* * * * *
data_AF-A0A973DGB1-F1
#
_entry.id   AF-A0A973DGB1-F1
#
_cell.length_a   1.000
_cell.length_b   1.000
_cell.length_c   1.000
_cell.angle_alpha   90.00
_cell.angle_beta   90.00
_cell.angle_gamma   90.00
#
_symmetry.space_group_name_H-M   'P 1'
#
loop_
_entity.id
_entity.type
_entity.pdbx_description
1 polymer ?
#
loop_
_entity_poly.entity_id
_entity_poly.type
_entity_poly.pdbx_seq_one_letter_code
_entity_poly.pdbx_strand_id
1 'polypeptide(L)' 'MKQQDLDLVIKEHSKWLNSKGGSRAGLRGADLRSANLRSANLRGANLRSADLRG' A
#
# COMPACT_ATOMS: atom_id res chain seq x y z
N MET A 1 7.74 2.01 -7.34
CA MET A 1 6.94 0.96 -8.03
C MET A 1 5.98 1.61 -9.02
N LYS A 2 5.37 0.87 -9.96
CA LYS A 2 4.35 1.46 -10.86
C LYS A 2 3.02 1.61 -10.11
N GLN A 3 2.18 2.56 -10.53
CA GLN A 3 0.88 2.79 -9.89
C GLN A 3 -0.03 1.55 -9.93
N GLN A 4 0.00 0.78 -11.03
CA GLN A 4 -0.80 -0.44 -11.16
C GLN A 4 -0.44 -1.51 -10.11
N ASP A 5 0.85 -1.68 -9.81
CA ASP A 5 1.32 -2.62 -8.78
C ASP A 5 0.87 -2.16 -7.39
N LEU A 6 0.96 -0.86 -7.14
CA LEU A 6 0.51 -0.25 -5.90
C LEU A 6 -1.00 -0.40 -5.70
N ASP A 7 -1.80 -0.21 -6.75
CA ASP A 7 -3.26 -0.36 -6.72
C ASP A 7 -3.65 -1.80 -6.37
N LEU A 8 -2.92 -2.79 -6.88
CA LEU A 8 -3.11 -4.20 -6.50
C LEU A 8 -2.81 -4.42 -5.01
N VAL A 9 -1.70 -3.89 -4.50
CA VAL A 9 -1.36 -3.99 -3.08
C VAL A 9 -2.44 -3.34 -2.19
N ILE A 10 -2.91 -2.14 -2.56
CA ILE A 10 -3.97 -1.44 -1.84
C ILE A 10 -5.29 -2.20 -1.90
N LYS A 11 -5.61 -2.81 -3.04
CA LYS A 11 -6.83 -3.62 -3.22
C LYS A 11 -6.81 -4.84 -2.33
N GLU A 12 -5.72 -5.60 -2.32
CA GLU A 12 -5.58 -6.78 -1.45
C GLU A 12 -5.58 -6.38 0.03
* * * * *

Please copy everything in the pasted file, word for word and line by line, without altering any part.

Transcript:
data_AF-A0A973DGB1-F1
#
_entry.id   AF-A0A973DGB1-F1
#
_cell.length_a   1.000
_cell.length_b   1.000
_cell.length_c   1.000
_cell.angle_alpha   90.00
_cell.angle_beta   90.00
_cell.angle_gamma   90.00
#
_symmetry.space_group_name_H-M   'P 1'
#
loop_
_entity.id
_entity.type
_entity.pdbx_description
1 polymer ?
#
loop_
_entity_poly.entity_id
_entity_poly.type
_entity_poly.pdbx_seq_one_letter_code
_entity_poly.pdbx_strand_id
1 'polypeptide(L)' 'MKQQDLDLVIKEHSKWLNSKGGSRAGLRGADLRSANLRSANLRGANLRSADLRG' A
#
# COMPACT_ATOMS: atom_id res chain seq x y z
N MET A 1 7.74 2.01 -7.34
CA MET A 1 6.94 0.96 -8.03
C MET A 1 5.98 1.61 -9.02
N LYS A 2 5.37 0.87 -9.96
CA LYS A 2 4.35 1.46 -10.86
C LYS A 2 3.02 1.61 -10.11
N GLN A 3 2.18 2.56 -10.53
CA GLN A 3 0.88 2.79 -9.89
C GLN A 3 -0.03 1.55 -9.93
N GLN A 4 0.00 0.78 -11.03
CA GLN A 4 -0.80 -0.44 -11.16
C GLN A 4 -0.44 -1.51 -10.11
N ASP A 5 0.85 -1.68 -9.81
CA ASP A 5 1.32 -2.62 -8.78
C ASP A 5 0.87 -2.16 -7.39
N LEU A 6 0.96 -0.86 -7.14
CA LEU A 6 0.51 -0.25 -5.90
C LEU A 6 -1.00 -0.40 -5.70
N ASP A 7 -1.80 -0.21 -6.75
CA ASP A 7 -3.26 -0.36 -6.72
C ASP A 7 -3.65 -1.80 -6.37
N LEU A 8 -2.92 -2.79 -6.88
CA LEU A 8 -3.11 -4.20 -6.50
C LEU A 8 -2.81 -4.42 -5.01
N VAL A 9 -1.70 -3.89 -4.50
CA VAL A 9 -1.36 -3.99 -3.08
C VAL A 9 -2.44 -3.34 -2.19
N ILE A 10 -2.91 -2.14 -2.56
CA ILE A 10 -3.97 -1.44 -1.84
C ILE A 10 -5.29 -2.20 -1.90
N LYS A 11 -5.61 -2.81 -3.04
CA LYS A 11 -6.83 -3.62 -3.22
C LYS A 11 -6.81 -4.84 -2.33
N GLU A 12 -5.72 -5.60 -2.32
CA GLU A 12 -5.58 -6.78 -1.45
C GLU A 12 -5.58 -6.38 0.03